ND   JMC : History of Medieval Philosophy / by Maurice De Wulf

260. Later Disciples of St. Bonaventure. Richard of Middleton. -- To the second generation of Franciscan masters who drew from St. Bonaventure, belong the following: WILLIAM OF FALGAR, third lector at the Sacred Palace, Bishop of Viviers in 1284, author of Quaestiones Disputatae; NICHOLAS OCKAM; JOHN OF PERSORA; HUGH OF PETRAGORIS; ROGER MARSTON, of whom more below (Ch. V.); ALEXANDER OF ALEXANDRIA, general of the order, died 1314, made a compendium of St. Bonaventure's Commentaries on the Sentences, author of Quaestiones Disputatae and Commentaries on Aristotle's Metaphysics, published in 1572 as the work of Alexander of Hales. Of greater importance than any of those is RICHARD OF MIDDLETON.

In 1281 we find Richard occupying the chair of the Franciscans and commenting on the Sentences of the Lombard. In 1283 he was one of the judges of Peter John Olivi (259), and from 1285 till his death, about the end of the century, he was tutor to St. Louis of Toulouse. Among his numerous works are the Quodlibeta, Commentaries on the Sentences, Quaestiones Disputatae of great value, and Commentaries on the Quodlibeta of Peter of Auvergne and of Henry of Ghent. All these works are still unedited. Richard was a loyal disciple of St. Bonaventure, but on certain points he follows the Thomistic tradition. He defends the temporal creation of the world, the identity of the soul with its faculties, the plurality of forms; he rejects the doctrine of the rationes seminales; he is doubtful about the hylemorphic composition of spiritual substances, and he does not differ from SS. Thomas and Bonaventure in his interpretation of the Augustinian theory of the rationes aeternae.{1} Richard was highly esteemed among the Franciscans: he was their greatest master during the interval between St. Bonaventure and Duns Scotus: his disciple gave him the title of Doctor Solidus, Fundatissimus.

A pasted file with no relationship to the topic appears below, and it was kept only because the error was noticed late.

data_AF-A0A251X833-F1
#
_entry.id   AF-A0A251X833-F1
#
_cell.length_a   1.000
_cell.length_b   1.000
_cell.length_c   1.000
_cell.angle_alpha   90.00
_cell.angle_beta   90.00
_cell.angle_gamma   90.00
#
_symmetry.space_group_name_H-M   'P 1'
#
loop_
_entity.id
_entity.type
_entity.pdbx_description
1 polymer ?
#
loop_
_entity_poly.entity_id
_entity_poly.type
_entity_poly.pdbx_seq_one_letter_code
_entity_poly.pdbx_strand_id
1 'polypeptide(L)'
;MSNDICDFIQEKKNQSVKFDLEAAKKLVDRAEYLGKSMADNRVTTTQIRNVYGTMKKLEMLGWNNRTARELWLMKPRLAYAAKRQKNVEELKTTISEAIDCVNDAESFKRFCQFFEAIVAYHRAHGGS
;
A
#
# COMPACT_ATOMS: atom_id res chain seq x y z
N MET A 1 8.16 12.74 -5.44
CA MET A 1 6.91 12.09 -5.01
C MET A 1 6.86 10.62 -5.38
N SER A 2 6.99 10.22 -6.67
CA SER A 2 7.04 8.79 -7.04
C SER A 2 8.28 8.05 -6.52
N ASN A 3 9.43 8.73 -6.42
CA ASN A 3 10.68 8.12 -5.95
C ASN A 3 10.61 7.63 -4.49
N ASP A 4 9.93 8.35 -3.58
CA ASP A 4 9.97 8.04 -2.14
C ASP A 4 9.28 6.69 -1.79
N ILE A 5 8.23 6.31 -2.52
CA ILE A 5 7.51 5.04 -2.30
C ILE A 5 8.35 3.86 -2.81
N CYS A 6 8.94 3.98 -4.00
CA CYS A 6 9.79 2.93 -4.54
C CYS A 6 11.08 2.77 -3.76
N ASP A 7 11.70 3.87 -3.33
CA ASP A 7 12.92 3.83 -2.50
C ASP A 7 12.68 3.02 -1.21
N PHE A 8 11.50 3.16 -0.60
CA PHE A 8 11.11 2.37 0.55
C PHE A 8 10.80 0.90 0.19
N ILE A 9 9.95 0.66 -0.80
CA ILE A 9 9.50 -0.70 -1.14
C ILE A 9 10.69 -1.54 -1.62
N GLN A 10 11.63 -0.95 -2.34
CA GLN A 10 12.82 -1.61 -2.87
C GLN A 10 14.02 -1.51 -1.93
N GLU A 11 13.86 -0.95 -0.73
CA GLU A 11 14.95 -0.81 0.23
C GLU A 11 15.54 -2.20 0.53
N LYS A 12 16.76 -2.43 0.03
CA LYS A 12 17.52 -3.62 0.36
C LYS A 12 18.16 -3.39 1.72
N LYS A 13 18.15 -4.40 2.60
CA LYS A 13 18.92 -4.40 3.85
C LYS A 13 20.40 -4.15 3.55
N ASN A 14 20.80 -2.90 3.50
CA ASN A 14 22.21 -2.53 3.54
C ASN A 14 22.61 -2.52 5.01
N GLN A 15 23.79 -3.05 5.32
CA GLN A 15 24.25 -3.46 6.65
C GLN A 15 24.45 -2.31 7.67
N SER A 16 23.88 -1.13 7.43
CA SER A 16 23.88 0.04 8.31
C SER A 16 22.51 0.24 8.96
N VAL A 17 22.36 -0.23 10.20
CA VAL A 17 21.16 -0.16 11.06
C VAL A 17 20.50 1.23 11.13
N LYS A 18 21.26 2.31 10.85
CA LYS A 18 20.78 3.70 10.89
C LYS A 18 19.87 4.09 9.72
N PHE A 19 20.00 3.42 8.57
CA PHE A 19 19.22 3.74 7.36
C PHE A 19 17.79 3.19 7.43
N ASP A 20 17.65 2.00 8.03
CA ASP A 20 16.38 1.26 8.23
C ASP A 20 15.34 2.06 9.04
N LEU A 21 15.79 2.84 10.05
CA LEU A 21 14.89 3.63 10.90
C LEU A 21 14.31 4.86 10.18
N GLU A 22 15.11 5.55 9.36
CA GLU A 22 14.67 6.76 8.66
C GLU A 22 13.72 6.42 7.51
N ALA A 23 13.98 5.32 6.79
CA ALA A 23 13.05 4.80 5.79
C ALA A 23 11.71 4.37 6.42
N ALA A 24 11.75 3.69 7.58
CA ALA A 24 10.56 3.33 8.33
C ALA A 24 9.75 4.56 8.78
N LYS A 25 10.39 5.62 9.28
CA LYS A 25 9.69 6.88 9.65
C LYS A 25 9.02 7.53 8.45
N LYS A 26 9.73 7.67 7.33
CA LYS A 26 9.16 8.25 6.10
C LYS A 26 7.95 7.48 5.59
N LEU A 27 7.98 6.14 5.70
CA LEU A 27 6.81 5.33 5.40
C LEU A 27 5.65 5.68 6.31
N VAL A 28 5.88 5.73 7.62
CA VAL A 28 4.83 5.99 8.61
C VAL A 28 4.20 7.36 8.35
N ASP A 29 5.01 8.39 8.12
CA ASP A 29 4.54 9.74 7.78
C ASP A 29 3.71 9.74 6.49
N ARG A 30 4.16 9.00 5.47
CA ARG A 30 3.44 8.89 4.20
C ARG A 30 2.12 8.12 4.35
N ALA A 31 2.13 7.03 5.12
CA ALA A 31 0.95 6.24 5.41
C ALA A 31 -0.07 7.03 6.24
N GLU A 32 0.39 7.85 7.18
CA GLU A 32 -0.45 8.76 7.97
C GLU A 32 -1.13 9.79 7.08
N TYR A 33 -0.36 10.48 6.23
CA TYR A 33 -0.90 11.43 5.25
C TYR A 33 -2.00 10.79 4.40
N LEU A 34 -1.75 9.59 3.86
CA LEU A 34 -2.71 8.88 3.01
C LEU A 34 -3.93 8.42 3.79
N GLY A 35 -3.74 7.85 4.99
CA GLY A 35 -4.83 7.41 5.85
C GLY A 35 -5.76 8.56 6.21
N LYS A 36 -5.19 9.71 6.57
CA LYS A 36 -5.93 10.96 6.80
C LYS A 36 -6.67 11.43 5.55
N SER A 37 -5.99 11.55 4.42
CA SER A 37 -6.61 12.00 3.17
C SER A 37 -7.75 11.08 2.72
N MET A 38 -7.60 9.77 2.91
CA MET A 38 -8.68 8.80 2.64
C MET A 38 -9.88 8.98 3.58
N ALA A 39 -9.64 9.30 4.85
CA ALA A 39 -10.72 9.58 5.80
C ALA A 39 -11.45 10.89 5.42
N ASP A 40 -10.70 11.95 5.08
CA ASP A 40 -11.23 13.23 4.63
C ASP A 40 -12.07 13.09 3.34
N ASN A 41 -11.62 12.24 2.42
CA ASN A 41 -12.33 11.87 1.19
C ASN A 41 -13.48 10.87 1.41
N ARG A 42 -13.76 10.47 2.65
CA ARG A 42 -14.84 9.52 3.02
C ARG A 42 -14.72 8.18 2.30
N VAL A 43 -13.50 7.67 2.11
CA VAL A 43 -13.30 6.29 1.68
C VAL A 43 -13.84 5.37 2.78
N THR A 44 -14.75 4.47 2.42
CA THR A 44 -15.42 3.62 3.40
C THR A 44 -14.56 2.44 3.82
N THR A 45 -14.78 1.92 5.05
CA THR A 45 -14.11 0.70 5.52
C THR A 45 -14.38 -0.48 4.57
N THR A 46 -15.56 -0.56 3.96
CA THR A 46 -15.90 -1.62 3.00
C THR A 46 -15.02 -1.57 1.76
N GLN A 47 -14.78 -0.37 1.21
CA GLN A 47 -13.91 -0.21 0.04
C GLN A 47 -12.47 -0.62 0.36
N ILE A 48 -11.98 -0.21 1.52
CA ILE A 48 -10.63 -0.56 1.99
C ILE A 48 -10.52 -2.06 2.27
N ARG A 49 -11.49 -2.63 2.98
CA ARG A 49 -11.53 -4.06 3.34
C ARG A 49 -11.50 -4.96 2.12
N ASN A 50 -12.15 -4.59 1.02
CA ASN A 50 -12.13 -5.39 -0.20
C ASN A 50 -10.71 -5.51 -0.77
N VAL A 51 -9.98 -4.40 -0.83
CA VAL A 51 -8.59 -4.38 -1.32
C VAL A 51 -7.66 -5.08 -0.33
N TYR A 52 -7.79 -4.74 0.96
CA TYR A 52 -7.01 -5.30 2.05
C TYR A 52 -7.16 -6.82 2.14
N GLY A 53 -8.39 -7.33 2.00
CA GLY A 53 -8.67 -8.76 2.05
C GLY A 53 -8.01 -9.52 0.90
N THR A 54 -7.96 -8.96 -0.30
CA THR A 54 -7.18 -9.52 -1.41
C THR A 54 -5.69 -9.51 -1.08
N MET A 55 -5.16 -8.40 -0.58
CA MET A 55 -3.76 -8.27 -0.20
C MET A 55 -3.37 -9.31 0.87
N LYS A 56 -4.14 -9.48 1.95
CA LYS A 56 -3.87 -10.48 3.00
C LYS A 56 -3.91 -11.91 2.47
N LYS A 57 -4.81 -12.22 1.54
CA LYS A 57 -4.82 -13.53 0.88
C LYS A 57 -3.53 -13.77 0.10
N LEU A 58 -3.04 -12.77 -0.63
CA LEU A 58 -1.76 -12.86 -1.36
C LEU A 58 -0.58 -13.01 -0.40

At the end of the thirteenth, and all through the fourteenth century, St. Bonaventure's Commentaries on the Sentences were themselves the text of numerous commentaries in the various branches of the Franciscan order. The Quaracchi editors enumerate seven philosopher-theologians whose exegesis of St. Bonaventure remains still unedited, and twenty-three whose works have been printed.{2} However, the success of Scotism lessened and finally extinguished the study of St. Bonaventure among the Franciscans.

{1} Judging from the extracts from the "quaestio disputata" published in the De Hum. Cognit. Rat., etc., pp. 220 sqq.

{2} T. x., p. 34.

<< ======= >>